Where to Watch: Total Solar Eclipse Clear-Sky Forecast for April 8th

The early forecast for the total eclipse of the sun shows there is a greater probability of mostly clear skies along portions of the path of totality, in Texas and Arkansas as well as parts of northern Maine.

A total solar eclipse is visible on April 8th in parts of Mexico and Canada, as well as the United States, from Texas up to Maine. Total solar eclipses occur when the Moon completely blocks the Sun’s face for several minutes as it passes between the Sun, the Earth, and the Moon. This will be the final total solar eclipse to pass over the United States until 2044.

You’ll also need solar glasses to see the total eclipse. It is best to be on the path of the eclipse when it reaches 100 miles. To see a total eclipse, you’ll also need a clear sky.

FOX’s Forecast Center created the map with color codes below to show areas that are more likely or less likely to be affected by cloud cover. Computer forecast models will become more accurate as the eclipse approaches.

FOX Forecast Center: “We are confident that two weeks before the eclipse, Dallas and San Antonio, in Texas, Little Rock, in Arkansas, and Caribou, in Maine, are less likely to experience heavy cloud coverage on April 8th.”

Adam Klotz, a FOX meteorologist, said: “All things in green will give you the best chance of seeing the solar eclipse.” How did we arrive at this situation? It’s just a combination of historic climatology. This is an area where there’s usually less cloud coverage. We’re also getting close to the point where you can make some long-range predictions.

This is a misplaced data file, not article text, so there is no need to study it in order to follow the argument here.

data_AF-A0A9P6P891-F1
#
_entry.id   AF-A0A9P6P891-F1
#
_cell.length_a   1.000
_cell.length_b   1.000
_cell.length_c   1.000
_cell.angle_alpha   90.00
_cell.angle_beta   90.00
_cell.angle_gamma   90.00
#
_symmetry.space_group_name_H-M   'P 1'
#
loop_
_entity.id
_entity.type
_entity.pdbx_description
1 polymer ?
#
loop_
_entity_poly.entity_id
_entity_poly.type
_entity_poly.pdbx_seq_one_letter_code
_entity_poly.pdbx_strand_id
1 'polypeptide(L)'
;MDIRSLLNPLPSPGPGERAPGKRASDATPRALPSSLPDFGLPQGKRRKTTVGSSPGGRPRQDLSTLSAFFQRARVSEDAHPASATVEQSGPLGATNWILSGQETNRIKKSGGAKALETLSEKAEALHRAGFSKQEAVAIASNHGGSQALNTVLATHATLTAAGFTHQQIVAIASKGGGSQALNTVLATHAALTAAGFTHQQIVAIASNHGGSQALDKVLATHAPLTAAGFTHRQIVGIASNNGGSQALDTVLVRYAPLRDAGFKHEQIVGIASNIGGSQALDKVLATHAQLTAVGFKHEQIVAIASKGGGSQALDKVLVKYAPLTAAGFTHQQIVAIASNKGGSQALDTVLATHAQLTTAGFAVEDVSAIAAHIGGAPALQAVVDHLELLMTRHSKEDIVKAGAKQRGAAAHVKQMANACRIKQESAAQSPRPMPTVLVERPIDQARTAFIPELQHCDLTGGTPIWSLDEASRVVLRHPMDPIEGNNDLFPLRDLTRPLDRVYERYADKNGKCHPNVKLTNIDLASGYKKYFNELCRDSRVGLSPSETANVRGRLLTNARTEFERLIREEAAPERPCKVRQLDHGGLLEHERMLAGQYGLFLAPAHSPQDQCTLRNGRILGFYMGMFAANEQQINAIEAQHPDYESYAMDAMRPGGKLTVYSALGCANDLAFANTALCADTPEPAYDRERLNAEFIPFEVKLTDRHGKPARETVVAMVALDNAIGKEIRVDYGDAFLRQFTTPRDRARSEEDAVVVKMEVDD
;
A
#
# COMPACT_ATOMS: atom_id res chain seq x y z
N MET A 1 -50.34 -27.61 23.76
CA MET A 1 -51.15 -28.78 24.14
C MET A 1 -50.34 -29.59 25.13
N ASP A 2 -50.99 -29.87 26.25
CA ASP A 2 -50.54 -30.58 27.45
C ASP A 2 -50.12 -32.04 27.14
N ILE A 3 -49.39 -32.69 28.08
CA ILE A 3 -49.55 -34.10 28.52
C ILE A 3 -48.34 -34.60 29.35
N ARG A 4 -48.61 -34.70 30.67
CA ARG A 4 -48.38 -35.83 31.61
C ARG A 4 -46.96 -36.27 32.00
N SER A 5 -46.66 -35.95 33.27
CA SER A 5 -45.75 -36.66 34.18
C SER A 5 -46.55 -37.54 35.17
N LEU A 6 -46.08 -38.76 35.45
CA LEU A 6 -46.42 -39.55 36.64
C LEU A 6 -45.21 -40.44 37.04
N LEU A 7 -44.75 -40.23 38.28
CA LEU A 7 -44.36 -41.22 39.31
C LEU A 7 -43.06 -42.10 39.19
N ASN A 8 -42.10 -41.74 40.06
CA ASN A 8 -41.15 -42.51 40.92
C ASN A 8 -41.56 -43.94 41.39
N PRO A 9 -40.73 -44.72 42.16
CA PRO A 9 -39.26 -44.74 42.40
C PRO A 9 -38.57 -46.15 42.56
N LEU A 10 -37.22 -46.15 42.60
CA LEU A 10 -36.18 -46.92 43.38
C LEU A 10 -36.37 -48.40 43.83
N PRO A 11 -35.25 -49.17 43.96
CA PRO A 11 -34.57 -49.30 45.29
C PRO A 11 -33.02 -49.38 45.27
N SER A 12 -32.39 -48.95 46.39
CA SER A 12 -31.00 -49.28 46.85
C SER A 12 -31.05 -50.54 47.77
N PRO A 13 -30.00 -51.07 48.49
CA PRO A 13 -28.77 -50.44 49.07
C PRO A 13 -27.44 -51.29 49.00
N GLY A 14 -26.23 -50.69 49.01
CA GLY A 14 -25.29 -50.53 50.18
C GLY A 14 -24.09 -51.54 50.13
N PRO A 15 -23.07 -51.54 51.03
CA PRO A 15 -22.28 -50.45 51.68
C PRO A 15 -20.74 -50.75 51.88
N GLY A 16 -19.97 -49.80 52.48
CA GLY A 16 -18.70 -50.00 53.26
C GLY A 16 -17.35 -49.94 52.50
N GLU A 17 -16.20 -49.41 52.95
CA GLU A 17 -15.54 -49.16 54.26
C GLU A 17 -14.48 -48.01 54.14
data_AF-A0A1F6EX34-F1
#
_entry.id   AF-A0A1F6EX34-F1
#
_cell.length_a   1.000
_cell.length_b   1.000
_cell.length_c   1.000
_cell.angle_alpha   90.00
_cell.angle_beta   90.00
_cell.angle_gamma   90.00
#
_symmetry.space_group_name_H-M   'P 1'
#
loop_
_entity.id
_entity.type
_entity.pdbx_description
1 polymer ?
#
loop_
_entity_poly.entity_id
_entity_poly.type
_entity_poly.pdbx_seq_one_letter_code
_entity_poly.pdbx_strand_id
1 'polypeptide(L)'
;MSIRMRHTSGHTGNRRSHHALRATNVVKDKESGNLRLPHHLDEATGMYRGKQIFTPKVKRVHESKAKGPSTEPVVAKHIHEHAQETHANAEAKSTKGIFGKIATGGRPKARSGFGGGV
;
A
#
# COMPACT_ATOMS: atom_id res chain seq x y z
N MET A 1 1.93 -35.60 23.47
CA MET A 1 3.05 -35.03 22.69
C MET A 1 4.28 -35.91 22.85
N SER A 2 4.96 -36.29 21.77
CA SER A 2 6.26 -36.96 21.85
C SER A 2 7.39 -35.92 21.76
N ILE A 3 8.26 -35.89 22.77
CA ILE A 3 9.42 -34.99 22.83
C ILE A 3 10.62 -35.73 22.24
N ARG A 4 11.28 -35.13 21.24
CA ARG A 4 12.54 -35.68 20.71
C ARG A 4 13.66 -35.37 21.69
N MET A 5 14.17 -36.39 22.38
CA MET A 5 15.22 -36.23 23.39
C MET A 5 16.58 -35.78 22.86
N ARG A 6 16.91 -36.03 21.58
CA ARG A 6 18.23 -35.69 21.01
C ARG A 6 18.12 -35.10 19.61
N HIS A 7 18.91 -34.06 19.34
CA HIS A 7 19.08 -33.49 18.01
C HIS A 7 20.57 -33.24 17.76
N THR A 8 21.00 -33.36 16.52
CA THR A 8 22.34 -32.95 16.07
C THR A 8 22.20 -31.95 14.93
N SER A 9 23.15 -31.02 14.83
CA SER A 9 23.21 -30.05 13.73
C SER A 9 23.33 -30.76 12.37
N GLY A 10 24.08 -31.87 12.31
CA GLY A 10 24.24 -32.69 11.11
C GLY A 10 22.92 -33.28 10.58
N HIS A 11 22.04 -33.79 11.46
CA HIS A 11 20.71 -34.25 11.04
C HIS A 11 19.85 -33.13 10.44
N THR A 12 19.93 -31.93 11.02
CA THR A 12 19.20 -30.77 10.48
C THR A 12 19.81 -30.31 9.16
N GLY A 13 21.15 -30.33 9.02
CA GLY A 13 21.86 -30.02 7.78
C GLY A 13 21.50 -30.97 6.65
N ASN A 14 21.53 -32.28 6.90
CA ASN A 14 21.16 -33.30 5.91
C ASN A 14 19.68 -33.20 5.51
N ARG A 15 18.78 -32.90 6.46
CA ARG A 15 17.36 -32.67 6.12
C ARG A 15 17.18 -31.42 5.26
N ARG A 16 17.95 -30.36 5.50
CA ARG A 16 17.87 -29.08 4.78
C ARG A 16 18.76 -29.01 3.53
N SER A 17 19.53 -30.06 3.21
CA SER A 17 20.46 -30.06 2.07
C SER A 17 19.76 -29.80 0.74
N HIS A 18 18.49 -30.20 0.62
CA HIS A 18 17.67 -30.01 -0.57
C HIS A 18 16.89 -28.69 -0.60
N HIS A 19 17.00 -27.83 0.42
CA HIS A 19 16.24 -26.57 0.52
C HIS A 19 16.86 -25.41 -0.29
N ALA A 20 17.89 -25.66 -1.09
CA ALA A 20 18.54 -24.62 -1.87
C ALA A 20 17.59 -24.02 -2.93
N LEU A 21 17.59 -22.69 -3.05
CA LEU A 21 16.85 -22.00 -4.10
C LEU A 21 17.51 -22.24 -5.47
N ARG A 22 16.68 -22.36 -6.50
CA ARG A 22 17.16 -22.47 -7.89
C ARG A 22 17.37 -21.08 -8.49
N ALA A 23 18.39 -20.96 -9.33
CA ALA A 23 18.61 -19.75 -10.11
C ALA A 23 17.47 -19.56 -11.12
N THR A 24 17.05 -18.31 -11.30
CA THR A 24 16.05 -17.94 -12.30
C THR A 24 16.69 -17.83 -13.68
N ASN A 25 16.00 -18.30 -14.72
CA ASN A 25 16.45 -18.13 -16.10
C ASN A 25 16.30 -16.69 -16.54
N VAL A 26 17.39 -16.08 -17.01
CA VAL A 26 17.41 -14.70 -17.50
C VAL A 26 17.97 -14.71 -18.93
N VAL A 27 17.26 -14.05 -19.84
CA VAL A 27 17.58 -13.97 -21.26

Texas is preparing to receive a large number of visitors and traffic during the solar eclipse. Some counties in the path of totality already declared states-of-emergency.

According to the FOX Weather Center, there is also a high level of confidence that cloud cover will be reduced in certain parts of northern Maine.

Cloud cover increases in the middle of eclipse’s path, west and north from Nashville, Tennessee.

Chicago, Illinois and Cincinnati, Ohio are more confident of a wider cloud cover during eclipse.

Cloud climatology data can be used to determine where the eclipse will most likely be covered by clouds on April 8. Below is a map that shows average cloud cover over the last 30 years. This data so far is in line with the forecast of an early eclipse for 2024.

You will still be able to see some of the eclipse even if there is cloud cover.